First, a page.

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Cold War: Finding Images in the Prints & Photographs Division

This guide highlights collections that are strong for coverage of events and individuals relating to international and diplomatic struggles between 1946 -1991 with an emphasis on rights-free images. Search tips and related resources are also covered.


Editorial cartoon drawing shows two hairy, muscular, anthropomorphic atomic bombs labeled U.S. A-Tests and Sovient Intransigence
Edmund S. Valtman, artist. "He's driving me nuts - I'm on the verge of blowing my top" . 1962. Library of Congress Prints & Photographs Division.

The Prints & Photographs Division offers rich pictorial resources documenting Cold War events, its key players, and the clash of ideas it embodied. The images include photographs, cartoons, and posters. This guide points out collections particularly strong for documenting the geopolitics and ideological struggles of the era, with a special focus on pictures that are rights-free. In some cases, collections contain both rights-free and some potentially copyright restricted imagery. The guide includes search strategies for locating rights-free images in these circumstances.

Although the beginning and ending dates of the Cold War can be debated, it extended roughly through the period 1946-1991. The geopolitical struggle that involved the United States, the USSR, China, and their respective allies, with its ideological and military components, began roughly at the conclusion of World War II. As postwar arrangements were discussed, tensions surfaced among the former allies, expressed in George Kennan’s 1946 “long telegram,” which suggested a policy of containment against Soviet influence (though Kennan later noted that his comments were misinterpreted) 1. The Cold War is generally thought to have ended with the break-up of the Soviet Union in 1991. In between were a series of international negotiations, hostilities, and proxy wars conducted in an era of nuclear proliferation.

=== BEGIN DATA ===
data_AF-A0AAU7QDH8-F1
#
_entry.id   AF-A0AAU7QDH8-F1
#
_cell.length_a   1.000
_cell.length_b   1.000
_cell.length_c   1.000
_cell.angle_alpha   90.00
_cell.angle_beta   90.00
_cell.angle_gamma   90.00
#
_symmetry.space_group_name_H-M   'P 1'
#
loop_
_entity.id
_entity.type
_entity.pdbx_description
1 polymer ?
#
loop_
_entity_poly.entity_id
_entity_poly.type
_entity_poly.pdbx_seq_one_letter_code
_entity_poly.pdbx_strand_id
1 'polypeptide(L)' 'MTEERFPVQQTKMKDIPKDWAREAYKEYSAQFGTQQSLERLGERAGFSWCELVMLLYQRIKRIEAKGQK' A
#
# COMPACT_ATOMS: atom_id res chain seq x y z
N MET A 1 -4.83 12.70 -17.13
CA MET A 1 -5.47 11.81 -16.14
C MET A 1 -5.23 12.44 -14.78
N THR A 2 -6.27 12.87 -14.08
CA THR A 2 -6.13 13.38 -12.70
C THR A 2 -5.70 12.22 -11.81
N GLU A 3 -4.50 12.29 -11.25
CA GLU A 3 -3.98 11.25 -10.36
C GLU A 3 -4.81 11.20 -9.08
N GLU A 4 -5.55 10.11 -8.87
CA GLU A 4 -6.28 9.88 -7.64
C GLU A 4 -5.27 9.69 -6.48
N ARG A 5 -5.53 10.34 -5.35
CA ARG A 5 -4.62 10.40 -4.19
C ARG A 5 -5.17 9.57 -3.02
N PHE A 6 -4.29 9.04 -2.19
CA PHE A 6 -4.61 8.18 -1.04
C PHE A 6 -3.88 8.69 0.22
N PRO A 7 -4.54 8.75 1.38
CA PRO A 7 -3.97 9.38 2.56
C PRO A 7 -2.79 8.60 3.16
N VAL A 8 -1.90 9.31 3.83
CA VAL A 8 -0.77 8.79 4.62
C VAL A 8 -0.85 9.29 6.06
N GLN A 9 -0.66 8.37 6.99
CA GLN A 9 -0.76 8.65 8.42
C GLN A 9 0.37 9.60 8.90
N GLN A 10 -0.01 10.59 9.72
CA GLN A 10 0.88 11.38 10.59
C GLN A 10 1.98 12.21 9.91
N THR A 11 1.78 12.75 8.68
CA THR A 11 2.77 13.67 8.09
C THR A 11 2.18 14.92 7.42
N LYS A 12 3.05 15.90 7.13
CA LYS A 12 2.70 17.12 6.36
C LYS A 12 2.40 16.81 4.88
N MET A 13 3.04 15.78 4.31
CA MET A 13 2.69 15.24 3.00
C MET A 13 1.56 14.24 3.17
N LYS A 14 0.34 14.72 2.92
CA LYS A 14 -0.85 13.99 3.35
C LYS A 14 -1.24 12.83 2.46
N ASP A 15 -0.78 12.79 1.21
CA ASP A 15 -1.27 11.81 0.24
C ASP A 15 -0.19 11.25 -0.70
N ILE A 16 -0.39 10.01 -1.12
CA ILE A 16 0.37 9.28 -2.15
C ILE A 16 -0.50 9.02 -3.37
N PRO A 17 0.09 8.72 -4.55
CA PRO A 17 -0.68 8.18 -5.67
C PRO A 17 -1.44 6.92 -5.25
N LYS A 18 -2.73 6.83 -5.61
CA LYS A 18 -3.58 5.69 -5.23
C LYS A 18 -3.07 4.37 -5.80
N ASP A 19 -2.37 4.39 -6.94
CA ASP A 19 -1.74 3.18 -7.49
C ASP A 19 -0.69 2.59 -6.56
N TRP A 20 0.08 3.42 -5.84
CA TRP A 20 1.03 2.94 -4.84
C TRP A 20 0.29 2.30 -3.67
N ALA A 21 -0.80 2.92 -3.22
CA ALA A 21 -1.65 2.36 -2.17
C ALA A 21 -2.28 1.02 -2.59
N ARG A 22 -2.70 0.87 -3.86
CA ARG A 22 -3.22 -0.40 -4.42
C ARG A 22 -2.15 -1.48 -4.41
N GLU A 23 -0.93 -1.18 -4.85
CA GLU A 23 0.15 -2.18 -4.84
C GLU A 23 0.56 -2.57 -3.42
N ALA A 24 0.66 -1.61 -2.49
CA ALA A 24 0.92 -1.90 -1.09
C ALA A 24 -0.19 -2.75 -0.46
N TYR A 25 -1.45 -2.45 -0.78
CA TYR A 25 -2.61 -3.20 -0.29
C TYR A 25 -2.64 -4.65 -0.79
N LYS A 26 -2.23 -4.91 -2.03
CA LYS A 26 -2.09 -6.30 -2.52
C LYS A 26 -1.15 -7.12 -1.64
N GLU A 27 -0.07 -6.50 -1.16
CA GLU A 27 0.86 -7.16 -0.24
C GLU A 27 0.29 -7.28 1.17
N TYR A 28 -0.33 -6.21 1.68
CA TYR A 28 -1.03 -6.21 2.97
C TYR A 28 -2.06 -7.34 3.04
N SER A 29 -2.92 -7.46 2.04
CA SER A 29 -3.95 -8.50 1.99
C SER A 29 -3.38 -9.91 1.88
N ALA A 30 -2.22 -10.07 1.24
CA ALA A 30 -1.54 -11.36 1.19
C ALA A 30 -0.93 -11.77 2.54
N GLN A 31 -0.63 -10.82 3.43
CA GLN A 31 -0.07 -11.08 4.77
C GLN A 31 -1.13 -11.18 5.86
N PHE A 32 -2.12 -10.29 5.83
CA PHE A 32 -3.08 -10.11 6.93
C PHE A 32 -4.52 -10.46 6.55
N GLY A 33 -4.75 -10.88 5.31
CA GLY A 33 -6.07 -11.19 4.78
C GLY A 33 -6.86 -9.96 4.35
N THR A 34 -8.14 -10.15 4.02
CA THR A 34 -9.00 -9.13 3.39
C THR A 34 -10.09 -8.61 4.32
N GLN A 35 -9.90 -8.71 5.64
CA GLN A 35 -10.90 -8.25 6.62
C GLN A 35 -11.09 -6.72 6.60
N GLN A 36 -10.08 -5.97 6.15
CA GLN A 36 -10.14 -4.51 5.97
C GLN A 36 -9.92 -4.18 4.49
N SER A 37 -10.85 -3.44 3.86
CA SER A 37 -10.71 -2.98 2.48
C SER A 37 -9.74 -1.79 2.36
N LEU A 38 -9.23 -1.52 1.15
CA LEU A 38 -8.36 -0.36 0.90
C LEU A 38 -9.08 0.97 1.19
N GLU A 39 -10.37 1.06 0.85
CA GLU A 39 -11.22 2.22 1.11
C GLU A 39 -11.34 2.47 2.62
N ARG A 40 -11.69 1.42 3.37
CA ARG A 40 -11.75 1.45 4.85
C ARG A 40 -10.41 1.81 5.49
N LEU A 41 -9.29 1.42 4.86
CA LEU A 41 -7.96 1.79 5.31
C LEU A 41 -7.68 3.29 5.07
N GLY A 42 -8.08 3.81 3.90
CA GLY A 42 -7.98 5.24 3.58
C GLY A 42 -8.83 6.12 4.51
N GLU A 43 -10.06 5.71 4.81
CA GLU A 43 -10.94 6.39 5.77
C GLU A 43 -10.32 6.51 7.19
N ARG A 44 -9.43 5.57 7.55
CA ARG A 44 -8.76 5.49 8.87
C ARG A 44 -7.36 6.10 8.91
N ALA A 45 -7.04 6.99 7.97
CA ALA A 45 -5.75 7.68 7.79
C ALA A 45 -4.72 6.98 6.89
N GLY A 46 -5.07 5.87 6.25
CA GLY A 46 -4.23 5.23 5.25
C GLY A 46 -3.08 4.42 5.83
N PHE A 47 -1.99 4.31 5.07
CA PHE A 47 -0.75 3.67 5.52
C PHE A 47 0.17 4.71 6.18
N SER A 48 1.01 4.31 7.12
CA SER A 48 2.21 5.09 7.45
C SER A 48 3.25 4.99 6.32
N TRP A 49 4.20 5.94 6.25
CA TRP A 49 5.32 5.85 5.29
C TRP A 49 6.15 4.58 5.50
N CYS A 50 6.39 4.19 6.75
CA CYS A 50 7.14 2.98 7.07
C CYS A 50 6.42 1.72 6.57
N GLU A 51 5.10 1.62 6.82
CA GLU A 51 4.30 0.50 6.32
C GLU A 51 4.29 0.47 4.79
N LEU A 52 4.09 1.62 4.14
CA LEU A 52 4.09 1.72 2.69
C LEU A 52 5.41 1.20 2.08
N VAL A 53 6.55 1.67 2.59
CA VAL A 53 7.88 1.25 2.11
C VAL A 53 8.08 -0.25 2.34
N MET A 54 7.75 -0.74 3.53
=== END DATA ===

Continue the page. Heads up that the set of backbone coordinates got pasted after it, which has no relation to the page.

The Prints & Photographs Division's collections relating to the Cold War come from a variety of sources. Many prints and photos were received through copyright deposit. Other images came through donations, purchases, and transfers from Manuscript Division collections.


  1. Martin Sixsmith. The War of Nerves: Inside the Cold  War Mind. (New York: Pegasus Books, 2022), 82. Sixsmith traces the first use of the phrase "Cold War" to an essay by George Orwell in Oct. 1945, referring to the "stagnant conflict that might develop between the nuclear powers." (ix).
Please note that terminology in historical materials and in Library descriptions does not always match the language preferred by members of the communities depicted, and may include negative stereotypes or words some may consider offensive. The Library presents the historic captions because they can be important for understanding the context in which the images were created.